How high school seniors are applying to schools during a pandemic


Between campus visits, supplemental essays and interviews, applying to a college is not an easy decision. With the COVID-19 pandemic still at the forefront of people’s minds, the high school class of 2021 is facing a college application process that looks very different from anything colleges have seen in years past. 

Julia Rowe and Taliah Lansing are both high school seniors from Milwaukee, Wisconsin. While they have very different lists of possible schools, Butler is one they have in common. 

Butler is offering in-person and virtual tours this fall. The in-person tours are being offered at a reduced capacity and all participants must participate in a health screening the morning of their tour. 

Rowe was able to attend one of the in-person visits. She said it was just her family and the tour guide, which was helpful because they could personalize the tour based on her interests. 

Lauryn Lintner, a sophomore international business and marketing double major, is a tour guide for Butler. In addition to their smaller size, Litner’s groups are not able to go inside all of the buildings on campus. For example, Litner can tell her group about the HRC and the dorm rooms, but she cannot bring them inside. However, she said the families she has talked to are grateful for the opportunity to see even just a part of the campus in person. 

“I’m really happy that Butler is able to provide that and we’re able to kind of support those seniors in high school,” Lintner said. “Even if Butler isn’t the place for them, I think Butler’s a good look at what a small private school might be like, so if you can kind of get a sense of what type of school you want, that might be good for your decision.” 

Butler is also offering synchronous, virtual tours to prospective students and their families. This involves hearing a presentation from an admissions counselor and then a question and answer session with Butler students. 

Lansing has not been to visit Butler’s campus, but she took advantage of the virtual tour option. She said while she learned a lot about the university, it is hard to get an idea of whether a school is the right fit when you are not on the campus. 

“You can get a ton of information, but it’s all the same information you could get from a website,” Lansing said. “It’s usually explained better and a little more personal, but you can’t get that really personal feeling. Every interview you do, a student says ‘I picked this school because of my visit. It just felt like home.’ I can’t say that, because I was in my bedroom staring at a computer screen.” 

In addition to virtual visits, admission representatives are now hosting high school visits online rather than traveling to high schools across the country. Rowe attended one of the Butler information sessions through her high school and used that time to ask her admissions counselor some questions she had about the school. 

Jerome Dueweke, the interim director of admissions, said his office has tried to offer a lot of the same opportunities to prospective students that they have offered in the past. However, for schools across the country, the attendance at those events has been lower than in years past. 

“We are in a position where we have a lot of those opportunities, but they are virtual and the attendance is not good across the board,” Dueweke said. “Again, not just at Butler, but really all universities. Because prospective high school juniors and high school seniors are spending all day on Zoom, or at least a good chunk of it. They’re craving the same things that we are, that, you know, actually sitting in front of a person, and the last thing that they want to do is spend another half hour with me via Zoom in a recruitment event, so it’s been tough.”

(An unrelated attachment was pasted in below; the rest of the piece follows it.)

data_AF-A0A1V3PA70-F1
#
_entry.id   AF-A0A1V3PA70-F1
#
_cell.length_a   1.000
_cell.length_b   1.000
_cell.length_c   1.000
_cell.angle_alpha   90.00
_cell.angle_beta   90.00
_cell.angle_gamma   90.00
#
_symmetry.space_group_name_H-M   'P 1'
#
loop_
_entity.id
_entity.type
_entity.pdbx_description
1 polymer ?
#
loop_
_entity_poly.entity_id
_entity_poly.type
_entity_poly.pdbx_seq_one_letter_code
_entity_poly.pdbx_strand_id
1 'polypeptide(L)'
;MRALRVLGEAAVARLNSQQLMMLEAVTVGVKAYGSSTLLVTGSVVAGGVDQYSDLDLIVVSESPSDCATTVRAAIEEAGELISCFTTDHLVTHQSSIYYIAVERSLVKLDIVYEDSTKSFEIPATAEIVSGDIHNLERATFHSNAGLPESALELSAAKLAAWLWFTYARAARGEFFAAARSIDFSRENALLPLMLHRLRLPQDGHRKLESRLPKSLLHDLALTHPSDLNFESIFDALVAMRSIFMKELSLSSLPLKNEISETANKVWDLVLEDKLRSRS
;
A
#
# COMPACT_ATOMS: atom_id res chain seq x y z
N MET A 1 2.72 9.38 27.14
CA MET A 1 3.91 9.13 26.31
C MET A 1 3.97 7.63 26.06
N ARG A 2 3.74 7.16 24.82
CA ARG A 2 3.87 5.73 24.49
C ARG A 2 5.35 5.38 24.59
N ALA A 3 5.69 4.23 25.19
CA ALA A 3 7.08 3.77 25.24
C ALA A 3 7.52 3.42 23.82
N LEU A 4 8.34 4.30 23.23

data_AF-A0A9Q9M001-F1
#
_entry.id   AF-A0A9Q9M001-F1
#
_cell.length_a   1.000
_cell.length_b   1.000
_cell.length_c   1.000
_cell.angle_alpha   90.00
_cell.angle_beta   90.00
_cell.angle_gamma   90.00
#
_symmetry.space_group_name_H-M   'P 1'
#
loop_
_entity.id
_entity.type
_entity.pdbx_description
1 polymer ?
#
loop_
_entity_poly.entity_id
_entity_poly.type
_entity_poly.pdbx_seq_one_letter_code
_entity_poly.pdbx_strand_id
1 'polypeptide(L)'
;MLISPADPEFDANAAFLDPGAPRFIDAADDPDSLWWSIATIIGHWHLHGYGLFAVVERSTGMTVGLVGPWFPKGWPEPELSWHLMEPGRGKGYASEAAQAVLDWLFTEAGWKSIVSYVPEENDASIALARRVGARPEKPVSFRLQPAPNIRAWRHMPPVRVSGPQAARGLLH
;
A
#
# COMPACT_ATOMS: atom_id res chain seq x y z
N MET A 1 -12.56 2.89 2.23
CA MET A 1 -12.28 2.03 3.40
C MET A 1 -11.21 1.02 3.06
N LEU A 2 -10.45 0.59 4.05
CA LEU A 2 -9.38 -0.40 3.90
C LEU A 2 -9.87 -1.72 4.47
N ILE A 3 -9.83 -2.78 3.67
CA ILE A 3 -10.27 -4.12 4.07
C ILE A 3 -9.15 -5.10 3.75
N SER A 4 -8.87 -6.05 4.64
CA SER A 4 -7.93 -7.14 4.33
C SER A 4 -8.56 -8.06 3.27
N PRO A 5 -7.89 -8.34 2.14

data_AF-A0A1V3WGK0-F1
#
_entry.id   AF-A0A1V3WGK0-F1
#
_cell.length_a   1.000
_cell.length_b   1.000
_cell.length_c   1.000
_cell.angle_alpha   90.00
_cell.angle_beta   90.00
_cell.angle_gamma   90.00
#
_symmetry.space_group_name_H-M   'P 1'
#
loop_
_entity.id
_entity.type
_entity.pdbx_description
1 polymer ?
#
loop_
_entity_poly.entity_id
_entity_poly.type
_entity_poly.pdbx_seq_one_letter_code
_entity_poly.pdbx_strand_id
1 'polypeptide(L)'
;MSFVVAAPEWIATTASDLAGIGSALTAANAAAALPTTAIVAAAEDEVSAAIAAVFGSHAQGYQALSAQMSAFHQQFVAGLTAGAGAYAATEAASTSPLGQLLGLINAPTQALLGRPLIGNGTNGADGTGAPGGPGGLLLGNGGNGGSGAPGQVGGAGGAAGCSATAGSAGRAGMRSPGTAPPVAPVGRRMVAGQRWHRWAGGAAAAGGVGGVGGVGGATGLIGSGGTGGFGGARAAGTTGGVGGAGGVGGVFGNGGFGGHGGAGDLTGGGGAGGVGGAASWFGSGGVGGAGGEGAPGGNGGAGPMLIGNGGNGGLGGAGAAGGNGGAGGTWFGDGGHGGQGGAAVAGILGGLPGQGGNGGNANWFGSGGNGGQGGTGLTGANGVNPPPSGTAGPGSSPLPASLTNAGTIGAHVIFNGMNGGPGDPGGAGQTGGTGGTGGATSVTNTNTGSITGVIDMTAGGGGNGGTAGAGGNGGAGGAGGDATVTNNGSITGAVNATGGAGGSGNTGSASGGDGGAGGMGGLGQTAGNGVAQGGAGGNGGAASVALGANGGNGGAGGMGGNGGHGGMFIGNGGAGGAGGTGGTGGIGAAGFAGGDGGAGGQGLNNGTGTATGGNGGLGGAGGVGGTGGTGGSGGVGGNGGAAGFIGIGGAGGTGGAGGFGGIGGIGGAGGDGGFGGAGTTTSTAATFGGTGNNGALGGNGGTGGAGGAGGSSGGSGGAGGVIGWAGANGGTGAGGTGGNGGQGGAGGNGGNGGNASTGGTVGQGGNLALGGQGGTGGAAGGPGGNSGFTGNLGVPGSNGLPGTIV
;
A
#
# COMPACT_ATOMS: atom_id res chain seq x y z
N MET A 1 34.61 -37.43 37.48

Lansing was able to visit two schools in person last spring and one local school in person this fall. She said she was originally going to apply to six schools. However, now that she has not been able to visit most of the schools in person, her plans have changed. 

“I am applying to 10,” Lansing said. “I have my settles, I have my accurates and I have my reaches, but it’s hard because, like I said, I can’t go there in person, so I don’t know where I’m going to feel most comfortable.” 

Lansing said she hopes to be able to visit the schools she applies to before May. She said if she casts a wider net, she hopes she will visit and like at least a couple of the schools where she was offered admission. 

Both Rowe and Lansing tried to find the silver lining that comes with applying to schools during a particularly challenging time. 

Rowe said that because of the pandemic, some of her extracurricular activities were cancelled or are running at reduced capacity, so she has had more time to work on her applications than she would have had pre-pandemic.

“I had a lot more free time to sit down and work on applications,” Rowe said. “I actually got in all of my applications before Oct. 1. I had a lot more free time because, as sad as it is, a lot of things were cancelled. So I had a lot more time to sit down and work on some more things going into it and take more time to write my essays.” 

Dueweke said that since this is a particularly challenging time for students, admission departments across the country are learning to be flexible with the incoming applicant class. 

“The amount of uncertainty for the 2021 high school graduating class is so through the roof, and we and everyone else are just having to learn to be incredibly, incredibly flexible with everything that goes on,” Dueweke said. “The word I’ve heard a lot over the past few months is grace and we’re offering a lot of grace to students, and we’re hoping that they’re doing the same to us as they go through the process.”


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